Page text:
Home Heart Health News Worldhealth.net Healthy Heart Series: Part VIII - Anti Aging News

Worldhealth.net Healthy Heart Series: Part VIII - Anti Aging News

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WorldHealth.Net

Heart Health VIII

Sleep and Cardiovascular Disease

During my cardiology training 30 years ago, the only mention of sleep and cardiovascular disease (CVD) was the sleep we were missing as fellows and the rare massively obese patient with hypoventilation (Pickwickian Syndrome) and end-stage cor pulmonale (1).

The recognition of much more subtle sleep abnormalities as a risk factor for CVD has grown tremendously in the last decade. The study that brought this to my attention was the MORGEN study (2). In this population-based cohort study over 10-15 years in 20,432 Danish men and women, sleep duration and quality was one of the potential risk factors for developing CVD in follow-up. In analyzing the 1,486 cases of CVD that developed, short sleepers (<6 hours) had a 15% higher risk compared to normal sleepers (7 hours) after adjustment for all known cofounders. Of even more concern was those that indicated short sleep of poor quality and they had a 63% higher risk of CVD compared to normal sleepers of good sleep quality.

Enough data has been reported on the topic to warrant meta-analysis (3). In an evaluation through January 2016, reports involving 17,841 cases of coronary heart disease (CHD) amongst 517, 440 participants were available. The lowest risk of developing CHD was in those sleeping 7-8 hours a day. For any reduction of 1 hour of sleep below 7 hours the risk increased significantly (HR 1.11) and also for any increase above 8 hours the risk also increased (HR 1.07).

A large study population was reported recently from Hong Kong adding more appreciation of the role of sleep quality and CVD (4). The study examined 60,586 adults who filled out sleep questionnaires and were followed for the development of CHD. Participants with sleep durations averaging 8 hours did not reach statistical significance but was 1.11. Poor sleep quality described as “dreamy” sleep or difficulty falling asleep requiring sleeping pills or other drugs increased the risk for CHD (HR 1.40). Again, the combination of short sleep and poor-quality sleep was the highest risk.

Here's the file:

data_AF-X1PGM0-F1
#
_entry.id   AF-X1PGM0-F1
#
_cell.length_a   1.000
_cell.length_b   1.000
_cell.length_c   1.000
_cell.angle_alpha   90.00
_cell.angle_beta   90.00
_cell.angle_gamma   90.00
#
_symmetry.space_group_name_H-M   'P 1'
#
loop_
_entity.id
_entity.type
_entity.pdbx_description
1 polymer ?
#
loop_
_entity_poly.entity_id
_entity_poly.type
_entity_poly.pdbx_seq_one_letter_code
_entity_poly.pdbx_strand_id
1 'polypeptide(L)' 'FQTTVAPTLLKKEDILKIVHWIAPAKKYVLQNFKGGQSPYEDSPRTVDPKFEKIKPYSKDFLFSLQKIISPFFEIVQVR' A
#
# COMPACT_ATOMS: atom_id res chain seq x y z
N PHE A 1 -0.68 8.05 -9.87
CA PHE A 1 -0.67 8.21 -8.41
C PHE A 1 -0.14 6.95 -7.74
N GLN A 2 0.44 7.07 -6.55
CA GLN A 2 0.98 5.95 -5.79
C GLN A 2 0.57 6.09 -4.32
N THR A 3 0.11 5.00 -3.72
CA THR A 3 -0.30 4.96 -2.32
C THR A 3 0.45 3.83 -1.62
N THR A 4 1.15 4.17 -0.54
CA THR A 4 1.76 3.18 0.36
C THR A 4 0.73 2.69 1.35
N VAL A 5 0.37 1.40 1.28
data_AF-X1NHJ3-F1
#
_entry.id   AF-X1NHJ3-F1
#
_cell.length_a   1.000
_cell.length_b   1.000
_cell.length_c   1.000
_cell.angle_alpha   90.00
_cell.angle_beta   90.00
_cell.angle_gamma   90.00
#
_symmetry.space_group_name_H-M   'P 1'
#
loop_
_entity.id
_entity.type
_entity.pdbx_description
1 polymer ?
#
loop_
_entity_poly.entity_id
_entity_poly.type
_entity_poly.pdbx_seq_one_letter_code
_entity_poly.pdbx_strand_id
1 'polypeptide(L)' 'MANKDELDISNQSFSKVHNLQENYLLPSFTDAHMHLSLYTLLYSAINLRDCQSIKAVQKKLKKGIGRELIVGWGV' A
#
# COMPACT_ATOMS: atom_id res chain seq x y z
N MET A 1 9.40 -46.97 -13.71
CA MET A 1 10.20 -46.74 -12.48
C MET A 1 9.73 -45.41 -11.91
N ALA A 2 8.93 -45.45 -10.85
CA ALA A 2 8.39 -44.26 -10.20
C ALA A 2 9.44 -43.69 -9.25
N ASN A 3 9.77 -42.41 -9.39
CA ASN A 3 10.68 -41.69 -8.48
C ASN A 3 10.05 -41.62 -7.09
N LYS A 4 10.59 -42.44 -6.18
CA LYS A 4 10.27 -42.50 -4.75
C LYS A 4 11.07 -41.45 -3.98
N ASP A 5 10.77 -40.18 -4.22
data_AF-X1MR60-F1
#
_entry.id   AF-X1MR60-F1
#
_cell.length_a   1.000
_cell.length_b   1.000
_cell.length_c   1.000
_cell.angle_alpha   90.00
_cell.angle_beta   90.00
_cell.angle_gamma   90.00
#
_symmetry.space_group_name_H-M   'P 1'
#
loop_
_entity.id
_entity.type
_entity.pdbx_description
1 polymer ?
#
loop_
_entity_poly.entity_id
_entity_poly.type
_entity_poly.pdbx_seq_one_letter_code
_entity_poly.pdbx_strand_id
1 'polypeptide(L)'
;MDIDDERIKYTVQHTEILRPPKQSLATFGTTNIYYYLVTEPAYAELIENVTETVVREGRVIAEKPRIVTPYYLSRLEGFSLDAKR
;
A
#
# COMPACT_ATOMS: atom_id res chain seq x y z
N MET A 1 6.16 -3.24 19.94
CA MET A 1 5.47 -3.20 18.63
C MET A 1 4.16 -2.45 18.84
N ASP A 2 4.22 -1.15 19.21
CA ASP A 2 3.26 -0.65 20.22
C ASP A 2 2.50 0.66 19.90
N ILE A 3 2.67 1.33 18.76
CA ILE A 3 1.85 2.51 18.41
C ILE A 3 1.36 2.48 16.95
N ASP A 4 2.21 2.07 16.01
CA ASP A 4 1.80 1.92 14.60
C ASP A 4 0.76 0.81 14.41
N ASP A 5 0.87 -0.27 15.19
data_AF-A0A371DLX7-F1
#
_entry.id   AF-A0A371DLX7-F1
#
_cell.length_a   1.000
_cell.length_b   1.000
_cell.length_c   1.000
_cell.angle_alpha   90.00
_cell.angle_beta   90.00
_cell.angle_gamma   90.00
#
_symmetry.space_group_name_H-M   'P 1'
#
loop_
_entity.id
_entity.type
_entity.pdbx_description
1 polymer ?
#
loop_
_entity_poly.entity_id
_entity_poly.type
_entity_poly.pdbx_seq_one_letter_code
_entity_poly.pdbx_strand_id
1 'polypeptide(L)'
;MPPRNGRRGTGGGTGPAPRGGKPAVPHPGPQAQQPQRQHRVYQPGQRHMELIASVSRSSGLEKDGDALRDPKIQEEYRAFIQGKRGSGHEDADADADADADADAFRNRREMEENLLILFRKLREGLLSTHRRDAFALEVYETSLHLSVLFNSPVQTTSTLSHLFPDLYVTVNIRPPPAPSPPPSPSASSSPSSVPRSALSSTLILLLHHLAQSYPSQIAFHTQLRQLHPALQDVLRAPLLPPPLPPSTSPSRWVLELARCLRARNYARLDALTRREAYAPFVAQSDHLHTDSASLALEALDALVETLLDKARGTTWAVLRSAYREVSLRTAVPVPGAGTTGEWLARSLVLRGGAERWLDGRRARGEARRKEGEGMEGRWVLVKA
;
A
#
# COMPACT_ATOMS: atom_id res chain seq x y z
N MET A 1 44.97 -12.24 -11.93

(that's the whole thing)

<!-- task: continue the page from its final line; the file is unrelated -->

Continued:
One possible explanation for the association of a higher risk for CVD with poor sleep quality may be a higher risk of diabetes mellitus in those with poor sleep (5). Over 16,000 men and women in the Malmo Diet Cancer Study without diabetes mellitus or CHD were followed for 14-16 years after filling out information about sleep habits. In men, a sleep duration 9 hours was associated with diabetes (HR 1.37), CHD (HR 1.33), and the combination of both (HR 2.1). Similar trends were found in women participants in the study. The researchers concluded that the associations between sleep duration and CHD may reflect associations between sleep and incident diabetes mellitus.

While not all cases of poor sleep duration and quality are due to obstructive sleep apnea (OSA), the importance of early diagnosis and treatment of OSA cannot be overstated. Studies seeking to demonstrate a reduction in CVD in patients treated for OSA with CPAP have provided mixed results (6). A recent review and meta-analysis of studies through late 2017 selected 2 randomized clinical trials and 7 observational trials including 1430 participants with CHD. The median follow-up varied from 36 to 86 months. In 6 observational studies, treatment with CPAP was associated with a lower risk of cardiac events but this was not found in the 2 randomized trials. In the observational studies that tracked all-cause and CVD deaths, a reduction in events with CPAP was reported but this was not confirmed in the 2 randomized studies. In a separate review and meta-analysis of patients with OSA, therapy with CPAP could also not be confirmed to reduce the risk of CVD outcomes or death (7).

Overall, it is clear that both optimal sleep duration and sleep quality are goals of CVD therapy and prevention. The availability of home sleep tests, convenient for patients and cost-effective, has increased the numbers of patients identified with OSA and other sleep disorders (8). Even though a reduction in mortality has not been confirmed in trials of treating OSA with CPAP, many other benefits may accrue from natural and integrative approaches to improved sleep including executive function and physical performance (9).

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